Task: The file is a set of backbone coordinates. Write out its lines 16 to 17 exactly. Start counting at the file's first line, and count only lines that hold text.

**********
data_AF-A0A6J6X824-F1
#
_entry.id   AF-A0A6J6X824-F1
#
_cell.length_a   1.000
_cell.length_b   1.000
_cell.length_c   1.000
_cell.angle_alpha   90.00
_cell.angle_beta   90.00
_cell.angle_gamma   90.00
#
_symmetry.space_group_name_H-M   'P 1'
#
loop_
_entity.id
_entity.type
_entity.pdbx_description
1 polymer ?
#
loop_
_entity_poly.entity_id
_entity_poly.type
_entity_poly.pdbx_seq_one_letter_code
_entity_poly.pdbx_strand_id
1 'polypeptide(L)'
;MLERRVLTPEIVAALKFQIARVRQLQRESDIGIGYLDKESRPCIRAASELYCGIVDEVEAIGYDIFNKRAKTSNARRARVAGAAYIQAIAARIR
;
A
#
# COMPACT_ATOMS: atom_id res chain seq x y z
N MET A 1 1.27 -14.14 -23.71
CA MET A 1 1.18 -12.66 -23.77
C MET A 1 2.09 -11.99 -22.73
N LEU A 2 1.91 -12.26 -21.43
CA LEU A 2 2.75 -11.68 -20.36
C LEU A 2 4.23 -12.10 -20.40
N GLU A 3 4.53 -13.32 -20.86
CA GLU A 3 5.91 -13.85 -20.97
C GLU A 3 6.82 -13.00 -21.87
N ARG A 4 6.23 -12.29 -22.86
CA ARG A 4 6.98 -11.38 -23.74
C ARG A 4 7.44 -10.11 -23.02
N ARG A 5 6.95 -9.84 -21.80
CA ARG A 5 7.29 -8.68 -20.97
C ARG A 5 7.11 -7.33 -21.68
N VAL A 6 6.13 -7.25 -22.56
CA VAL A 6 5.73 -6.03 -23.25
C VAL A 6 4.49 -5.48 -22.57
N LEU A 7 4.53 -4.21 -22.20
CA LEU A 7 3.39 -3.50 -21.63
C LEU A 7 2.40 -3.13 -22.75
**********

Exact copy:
_entity.type
_entity.pdbx_description